Benefits of restructuring subsidies

Aisha Ghoneimy
Wednesday 1 Sep 2021

Government policies to restructure subsidies have rationalised consumption, improved production, and helped to meet UN Sustainable Development Goals

The decision to restructure subsidies has been a decisive and audacious move that has reflected and assured transparency and the proper governance of policies and strategies planned by the political leadership at critical stages in Egypt’s economic and structural reforms. It has helped to cope with the rapid increase in population growth and contributed effectively to accomplishing Egypt’s Vision 2030 and the UN Sustainable Development Goals (SDGs). 

The gap between supply and demand has been aligned with the growth rate of the population, and the decision to restructure the earlier irrational use of energy and the highly subsidised level of subsidised bread has introduced essential economic reforms. 

Demand-and supply-side measures have been introduced to catalyse the economy. Demand-side management has aimed at influencing the demand for goods and services, in this case by rationalising the demand for energy and bread. Supply-side management has aimed at influencing how demand for goods and services is met through boosting the diversification of renewable energy sources and improving the quality of production of bread at reasonable cost.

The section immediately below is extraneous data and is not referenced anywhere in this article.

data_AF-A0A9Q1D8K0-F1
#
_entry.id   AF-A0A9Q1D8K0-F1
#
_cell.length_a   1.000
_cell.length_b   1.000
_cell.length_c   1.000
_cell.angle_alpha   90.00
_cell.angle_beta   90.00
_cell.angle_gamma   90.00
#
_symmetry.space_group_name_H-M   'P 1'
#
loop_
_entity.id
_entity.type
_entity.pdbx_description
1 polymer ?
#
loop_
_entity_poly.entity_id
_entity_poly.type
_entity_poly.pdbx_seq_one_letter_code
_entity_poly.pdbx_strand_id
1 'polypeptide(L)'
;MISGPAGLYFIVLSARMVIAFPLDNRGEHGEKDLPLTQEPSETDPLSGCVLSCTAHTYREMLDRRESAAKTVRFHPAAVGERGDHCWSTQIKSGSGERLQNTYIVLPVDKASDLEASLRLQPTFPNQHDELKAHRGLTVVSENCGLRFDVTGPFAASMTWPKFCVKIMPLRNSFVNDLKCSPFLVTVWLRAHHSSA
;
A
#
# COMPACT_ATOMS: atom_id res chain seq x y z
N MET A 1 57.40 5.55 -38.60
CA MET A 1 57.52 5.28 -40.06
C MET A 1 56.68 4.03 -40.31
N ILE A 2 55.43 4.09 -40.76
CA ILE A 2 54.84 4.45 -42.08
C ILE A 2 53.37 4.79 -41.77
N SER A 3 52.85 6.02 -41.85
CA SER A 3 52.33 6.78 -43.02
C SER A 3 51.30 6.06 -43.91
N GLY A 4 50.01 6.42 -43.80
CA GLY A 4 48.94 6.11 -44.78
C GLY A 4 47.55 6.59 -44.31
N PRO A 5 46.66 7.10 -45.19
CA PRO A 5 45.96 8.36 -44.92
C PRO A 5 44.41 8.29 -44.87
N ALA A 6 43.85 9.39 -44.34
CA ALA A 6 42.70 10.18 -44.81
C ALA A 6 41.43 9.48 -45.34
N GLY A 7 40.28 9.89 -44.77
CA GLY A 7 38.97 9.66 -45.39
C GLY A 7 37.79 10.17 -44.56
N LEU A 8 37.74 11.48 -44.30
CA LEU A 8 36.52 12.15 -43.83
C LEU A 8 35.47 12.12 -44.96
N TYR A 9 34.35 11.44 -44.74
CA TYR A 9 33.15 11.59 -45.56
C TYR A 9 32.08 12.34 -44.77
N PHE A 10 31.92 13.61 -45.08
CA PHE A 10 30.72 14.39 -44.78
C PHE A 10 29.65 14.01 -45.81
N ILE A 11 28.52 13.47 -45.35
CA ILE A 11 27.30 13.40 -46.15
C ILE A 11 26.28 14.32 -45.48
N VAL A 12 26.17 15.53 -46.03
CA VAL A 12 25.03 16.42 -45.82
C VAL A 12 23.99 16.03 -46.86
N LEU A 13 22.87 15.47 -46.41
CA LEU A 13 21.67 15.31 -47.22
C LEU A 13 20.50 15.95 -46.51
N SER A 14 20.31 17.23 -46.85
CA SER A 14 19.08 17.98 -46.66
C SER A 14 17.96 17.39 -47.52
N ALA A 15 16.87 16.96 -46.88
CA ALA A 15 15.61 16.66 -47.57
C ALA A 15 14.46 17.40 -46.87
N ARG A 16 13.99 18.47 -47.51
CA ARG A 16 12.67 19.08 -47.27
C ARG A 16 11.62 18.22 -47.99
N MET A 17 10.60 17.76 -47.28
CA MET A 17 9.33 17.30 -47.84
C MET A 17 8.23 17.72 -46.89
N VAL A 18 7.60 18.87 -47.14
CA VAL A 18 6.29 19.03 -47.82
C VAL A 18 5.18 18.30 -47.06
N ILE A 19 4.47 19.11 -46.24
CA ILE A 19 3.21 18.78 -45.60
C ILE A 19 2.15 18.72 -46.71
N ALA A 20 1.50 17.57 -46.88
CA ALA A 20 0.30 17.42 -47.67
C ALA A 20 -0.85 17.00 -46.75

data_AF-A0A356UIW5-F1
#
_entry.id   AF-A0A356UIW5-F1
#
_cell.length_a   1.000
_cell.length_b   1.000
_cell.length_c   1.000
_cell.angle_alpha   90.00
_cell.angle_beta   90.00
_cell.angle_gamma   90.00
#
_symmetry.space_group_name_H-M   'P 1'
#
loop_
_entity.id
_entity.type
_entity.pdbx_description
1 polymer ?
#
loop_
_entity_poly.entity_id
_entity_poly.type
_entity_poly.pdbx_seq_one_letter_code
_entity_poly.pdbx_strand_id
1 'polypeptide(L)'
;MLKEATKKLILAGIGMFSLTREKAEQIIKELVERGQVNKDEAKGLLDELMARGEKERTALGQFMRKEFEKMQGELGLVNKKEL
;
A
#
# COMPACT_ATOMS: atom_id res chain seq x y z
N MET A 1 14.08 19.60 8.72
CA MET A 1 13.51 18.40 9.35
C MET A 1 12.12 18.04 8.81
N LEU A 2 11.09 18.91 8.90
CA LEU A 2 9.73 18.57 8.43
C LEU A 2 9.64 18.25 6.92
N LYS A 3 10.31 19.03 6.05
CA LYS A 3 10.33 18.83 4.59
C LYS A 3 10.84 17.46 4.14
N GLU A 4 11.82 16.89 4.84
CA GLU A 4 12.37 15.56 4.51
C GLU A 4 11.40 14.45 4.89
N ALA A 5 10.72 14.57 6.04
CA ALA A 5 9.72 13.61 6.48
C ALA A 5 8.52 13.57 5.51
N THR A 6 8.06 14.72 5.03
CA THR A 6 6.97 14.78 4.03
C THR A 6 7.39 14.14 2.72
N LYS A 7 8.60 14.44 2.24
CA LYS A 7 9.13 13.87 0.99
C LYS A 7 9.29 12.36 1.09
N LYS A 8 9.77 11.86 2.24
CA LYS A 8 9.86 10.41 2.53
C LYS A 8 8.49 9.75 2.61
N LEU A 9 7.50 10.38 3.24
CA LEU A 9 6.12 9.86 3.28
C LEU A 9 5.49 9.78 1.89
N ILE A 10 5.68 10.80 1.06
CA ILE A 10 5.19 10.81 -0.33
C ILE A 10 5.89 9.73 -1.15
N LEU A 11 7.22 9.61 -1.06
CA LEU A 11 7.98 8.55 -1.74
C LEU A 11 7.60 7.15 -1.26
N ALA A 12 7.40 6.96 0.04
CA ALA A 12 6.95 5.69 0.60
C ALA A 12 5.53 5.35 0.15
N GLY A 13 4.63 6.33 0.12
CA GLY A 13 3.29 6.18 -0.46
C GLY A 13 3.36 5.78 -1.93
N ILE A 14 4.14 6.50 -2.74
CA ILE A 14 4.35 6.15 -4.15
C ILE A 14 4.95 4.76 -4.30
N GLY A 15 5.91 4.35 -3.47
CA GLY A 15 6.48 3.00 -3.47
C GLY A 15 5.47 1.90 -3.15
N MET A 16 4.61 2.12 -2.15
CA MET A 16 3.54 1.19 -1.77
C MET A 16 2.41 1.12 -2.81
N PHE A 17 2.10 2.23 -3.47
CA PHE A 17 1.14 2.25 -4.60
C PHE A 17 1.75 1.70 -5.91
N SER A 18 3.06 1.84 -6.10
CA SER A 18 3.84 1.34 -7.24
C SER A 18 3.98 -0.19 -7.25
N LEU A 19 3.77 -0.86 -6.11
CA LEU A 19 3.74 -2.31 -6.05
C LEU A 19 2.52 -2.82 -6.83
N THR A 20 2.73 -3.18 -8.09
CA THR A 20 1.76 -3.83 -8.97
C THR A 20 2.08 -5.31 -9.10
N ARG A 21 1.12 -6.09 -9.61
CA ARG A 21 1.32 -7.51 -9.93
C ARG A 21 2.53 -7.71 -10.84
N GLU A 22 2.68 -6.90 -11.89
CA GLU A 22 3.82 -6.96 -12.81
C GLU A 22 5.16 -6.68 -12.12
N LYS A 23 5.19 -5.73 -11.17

It should also be born in mind that there is no single methodology for applying subsidy reforms, as each country has its own consumption patterns and economic growth rates. The elasticity of demand and supply in the market may also vary from one country to another. 

The importance of restructuring the subsidies stemmed from the need to strengthen the path towards sustainable development for current and future generations. In the meantime, the government has maintained widening and deepening its social-security programmes and direct cash-transfers in order to guarantee that subsidies reach those targeted in the proper way and helping to decrease the budget deficit. 

This is designed to create more incentives for rationalising consumption and improving the quality of production as well as raising productivity. 

From the political-economy perspective, governments across the globe are reluctant to reduce or remove subsidies in order to avoid a possible backlash without providing real and permanent solutions to achieving social equality and maintaining sustainable development. In other words, subsidies are often used as a political tool to attract votes and popular support.